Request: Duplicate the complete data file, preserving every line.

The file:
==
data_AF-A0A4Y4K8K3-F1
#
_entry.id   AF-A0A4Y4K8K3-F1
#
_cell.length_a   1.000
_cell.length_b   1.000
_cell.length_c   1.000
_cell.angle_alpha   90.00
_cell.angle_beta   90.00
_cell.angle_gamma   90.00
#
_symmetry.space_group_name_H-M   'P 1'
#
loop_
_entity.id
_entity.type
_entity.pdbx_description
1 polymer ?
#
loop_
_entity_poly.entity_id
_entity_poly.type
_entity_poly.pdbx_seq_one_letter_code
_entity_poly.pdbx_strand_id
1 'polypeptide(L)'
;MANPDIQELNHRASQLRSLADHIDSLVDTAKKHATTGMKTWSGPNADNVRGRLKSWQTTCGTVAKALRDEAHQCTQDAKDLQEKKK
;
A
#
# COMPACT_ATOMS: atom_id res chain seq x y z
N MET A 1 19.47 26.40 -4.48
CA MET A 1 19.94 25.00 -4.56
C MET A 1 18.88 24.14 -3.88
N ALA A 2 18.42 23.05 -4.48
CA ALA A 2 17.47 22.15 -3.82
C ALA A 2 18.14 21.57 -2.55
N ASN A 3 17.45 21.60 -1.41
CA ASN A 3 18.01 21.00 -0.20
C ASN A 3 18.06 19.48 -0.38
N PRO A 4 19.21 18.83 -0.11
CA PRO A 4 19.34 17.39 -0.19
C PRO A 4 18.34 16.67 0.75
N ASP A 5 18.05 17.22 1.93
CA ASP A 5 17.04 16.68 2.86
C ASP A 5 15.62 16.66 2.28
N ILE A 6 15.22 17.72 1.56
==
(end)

data_AF-A0A4Y4K8K3-F1
#
_entry.id   AF-A0A4Y4K8K3-F1
#
_cell.length_a   1.000
_cell.length_b   1.000
_cell.length_c   1.000
_cell.angle_alpha   90.00
_cell.angle_beta   90.00
_cell.angle_gamma   90.00
#
_symmetry.space_group_name_H-M   'P 1'
#
loop_
_entity.id
_entity.type
_entity.pdbx_description
1 polymer ?
#
loop_
_entity_poly.entity_id
_entity_poly.type
_entity_poly.pdbx_seq_one_letter_code
_entity_poly.pdbx_strand_id
1 'polypeptide(L)'
;MANPDIQELNHRASQLRSLADHIDSLVDTAKKHATTGMKTWSGPNADNVRGRLKSWQTTCGTVAKALRDEAHQCTQDAKDLQEKKK
;
A
#
# COMPACT_ATOMS: atom_id res chain seq x y z
N MET A 1 19.47 26.40 -4.48
CA MET A 1 19.94 25.00 -4.56
C MET A 1 18.88 24.14 -3.88
N ALA A 2 18.42 23.05 -4.48
CA ALA A 2 17.47 22.15 -3.82
C ALA A 2 18.14 21.57 -2.55
N ASN A 3 17.45 21.60 -1.41
CA ASN A 3 18.01 21.00 -0.20
C ASN A 3 18.06 19.48 -0.38
N PRO A 4 19.21 18.83 -0.11
CA PRO A 4 19.34 17.39 -0.19
C PRO A 4 18.34 16.67 0.75
N ASP A 5 18.05 17.22 1.93
CA ASP A 5 17.04 16.68 2.86
C ASP A 5 15.62 16.66 2.28
N ILE A 6 15.22 17.72 1.56